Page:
To optimize interstitial needles with Venezia applicator, initially, we conceptualized the template model with whole needles using the applicator. Whole needles (6F × 294 mm, ProGuide Round Needle) were inserted 5 cm from the tip of the ovoid in advance (Figure 1A-C). An agar was used to fill the air gaps between the applicator and needles (Figure 1D, E). We created four patterns of the template model (15° and 30° tandem each and 22 and 26 mm lunar ovoid each). The applicator was fixed horizontally to CT bed (Figure 1F). A CT scan (Aquilion, Canon Medical Systems Corporation, Japan) and three-dimensional (3D) reconstruction were obtained. Using CT imaging, the conditions included X-ray tube voltage of 120 kV, X-ray tube current of 300 mA, rotation time of 1 second, slice thickness of 1 mm, and field of view of 200 mm. Template CT images are presented in Figure 2.

Applicator and interstitial needle reconstruction on treatment planning system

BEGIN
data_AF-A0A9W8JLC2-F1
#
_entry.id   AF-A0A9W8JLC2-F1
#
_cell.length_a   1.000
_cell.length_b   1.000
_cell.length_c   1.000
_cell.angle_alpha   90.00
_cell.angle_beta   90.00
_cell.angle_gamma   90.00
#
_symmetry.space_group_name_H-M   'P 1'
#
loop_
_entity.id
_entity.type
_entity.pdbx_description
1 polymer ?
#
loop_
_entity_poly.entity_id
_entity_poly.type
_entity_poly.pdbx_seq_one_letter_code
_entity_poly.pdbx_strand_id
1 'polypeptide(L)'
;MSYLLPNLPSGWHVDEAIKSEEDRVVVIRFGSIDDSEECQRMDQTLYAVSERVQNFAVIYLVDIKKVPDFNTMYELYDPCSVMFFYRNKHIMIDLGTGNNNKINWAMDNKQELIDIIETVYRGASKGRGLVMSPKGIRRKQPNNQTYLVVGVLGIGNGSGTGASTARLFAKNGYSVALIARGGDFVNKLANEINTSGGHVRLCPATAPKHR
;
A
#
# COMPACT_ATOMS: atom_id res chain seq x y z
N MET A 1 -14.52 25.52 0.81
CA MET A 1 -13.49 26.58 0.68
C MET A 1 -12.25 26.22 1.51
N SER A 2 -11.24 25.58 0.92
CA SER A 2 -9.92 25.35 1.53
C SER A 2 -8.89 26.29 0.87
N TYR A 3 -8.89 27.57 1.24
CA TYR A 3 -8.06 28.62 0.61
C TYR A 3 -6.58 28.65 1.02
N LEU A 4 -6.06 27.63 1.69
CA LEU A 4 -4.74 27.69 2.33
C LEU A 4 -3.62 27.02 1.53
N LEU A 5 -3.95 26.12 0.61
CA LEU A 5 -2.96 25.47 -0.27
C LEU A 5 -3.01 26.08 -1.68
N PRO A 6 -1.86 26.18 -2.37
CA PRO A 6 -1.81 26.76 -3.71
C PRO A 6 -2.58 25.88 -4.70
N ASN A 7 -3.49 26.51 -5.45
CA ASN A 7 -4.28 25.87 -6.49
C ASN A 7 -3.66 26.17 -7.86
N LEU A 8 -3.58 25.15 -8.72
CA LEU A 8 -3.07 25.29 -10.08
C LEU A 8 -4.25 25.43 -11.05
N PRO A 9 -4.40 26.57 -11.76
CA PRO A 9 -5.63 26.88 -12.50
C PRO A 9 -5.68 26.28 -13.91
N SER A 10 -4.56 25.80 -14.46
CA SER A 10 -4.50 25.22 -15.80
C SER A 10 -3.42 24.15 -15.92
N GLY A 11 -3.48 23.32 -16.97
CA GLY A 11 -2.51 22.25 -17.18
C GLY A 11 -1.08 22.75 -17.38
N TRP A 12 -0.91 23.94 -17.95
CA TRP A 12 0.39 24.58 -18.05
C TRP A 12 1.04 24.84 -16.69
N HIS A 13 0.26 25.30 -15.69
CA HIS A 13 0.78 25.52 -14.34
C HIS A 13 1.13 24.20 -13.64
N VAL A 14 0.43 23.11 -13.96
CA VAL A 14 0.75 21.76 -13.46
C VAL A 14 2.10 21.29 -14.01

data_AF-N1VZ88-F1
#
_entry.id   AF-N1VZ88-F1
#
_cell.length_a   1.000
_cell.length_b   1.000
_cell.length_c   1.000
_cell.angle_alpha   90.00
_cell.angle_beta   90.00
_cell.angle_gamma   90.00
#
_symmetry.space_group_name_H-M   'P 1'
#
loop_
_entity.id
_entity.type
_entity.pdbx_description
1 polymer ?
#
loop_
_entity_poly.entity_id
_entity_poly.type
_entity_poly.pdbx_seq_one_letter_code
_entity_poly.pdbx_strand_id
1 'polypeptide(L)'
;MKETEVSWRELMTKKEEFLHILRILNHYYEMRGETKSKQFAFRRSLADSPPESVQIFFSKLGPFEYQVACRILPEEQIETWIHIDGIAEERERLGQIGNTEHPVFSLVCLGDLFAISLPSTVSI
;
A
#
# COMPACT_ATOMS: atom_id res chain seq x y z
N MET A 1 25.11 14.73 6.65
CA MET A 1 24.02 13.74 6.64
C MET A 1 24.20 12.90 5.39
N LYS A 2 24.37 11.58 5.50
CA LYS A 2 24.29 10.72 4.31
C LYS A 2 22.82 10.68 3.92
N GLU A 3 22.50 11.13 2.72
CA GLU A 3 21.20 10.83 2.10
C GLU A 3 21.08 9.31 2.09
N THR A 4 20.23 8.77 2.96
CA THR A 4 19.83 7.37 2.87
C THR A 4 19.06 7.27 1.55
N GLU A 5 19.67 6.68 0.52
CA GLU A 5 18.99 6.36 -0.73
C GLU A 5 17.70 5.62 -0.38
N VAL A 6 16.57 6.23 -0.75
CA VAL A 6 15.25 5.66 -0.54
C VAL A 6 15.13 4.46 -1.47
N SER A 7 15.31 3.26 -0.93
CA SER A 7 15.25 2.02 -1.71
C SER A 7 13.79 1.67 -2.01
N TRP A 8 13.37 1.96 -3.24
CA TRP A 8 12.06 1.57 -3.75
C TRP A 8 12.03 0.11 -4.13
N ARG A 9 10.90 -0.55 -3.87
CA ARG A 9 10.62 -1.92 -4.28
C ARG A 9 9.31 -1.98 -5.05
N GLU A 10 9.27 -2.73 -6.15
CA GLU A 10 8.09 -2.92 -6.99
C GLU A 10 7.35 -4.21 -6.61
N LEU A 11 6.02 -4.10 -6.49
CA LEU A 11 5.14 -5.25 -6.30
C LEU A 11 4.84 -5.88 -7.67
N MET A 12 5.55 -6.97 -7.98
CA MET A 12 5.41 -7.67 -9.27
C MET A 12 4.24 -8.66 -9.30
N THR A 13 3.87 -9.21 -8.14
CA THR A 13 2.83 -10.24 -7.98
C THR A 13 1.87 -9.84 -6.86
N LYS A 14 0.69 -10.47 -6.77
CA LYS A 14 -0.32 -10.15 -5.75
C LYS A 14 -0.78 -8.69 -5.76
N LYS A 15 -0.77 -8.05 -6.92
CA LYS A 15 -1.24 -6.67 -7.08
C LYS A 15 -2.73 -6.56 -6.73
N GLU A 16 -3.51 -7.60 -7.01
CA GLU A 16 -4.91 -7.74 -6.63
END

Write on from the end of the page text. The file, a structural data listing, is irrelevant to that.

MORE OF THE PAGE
After CT image acquisition, digital imaging and communications in medicine (DICOM) CT of the template was exported to TPS (Monaco version 5.11.02, Elekta, Sweden). A radiotherapy technologist (RTT) delineated the applicator (tandem and ovoid), and whole interstitial needles on TPS. To optimize the interstitial needle depth, we created virtual depth lines as a structure (Figure 3). The tip of ovoid was the baseline of virtual lines. Virtual depth lines were set from 0 to 5 cm at 1 cm intervals. The tilt of a virtual line was set perpendicularly to the tandem. Interstitial needles and virtual lines were color-coded for easy recognition. Therefore, clinicians could establish an insertion route of the entire interstitial needle in advance using this template CT as a map.


Interstitial needle optimization (intra pre-plan)
After making the template CT on TPS, the actual treatment could start. We used a CT scanner, which was placed in our BT room. The patient was placed in lithotomy position, and local or systemic anesthesia was administered as usual. During this procedure, intravenous injection of pentazocine, hydroxyzine hydrochloride, and midazolam were administered for anesthesia. First, we inserted Venezia applicator (only tandem and ovoids) without any needle into the patient’s uterus and vagina. The applicator was inserted in the optimal position, and a CT scan was performed (tandem + ovoid CT). The tandem and ovoids were removed from the patient when tandem + ovoid CT was optimal.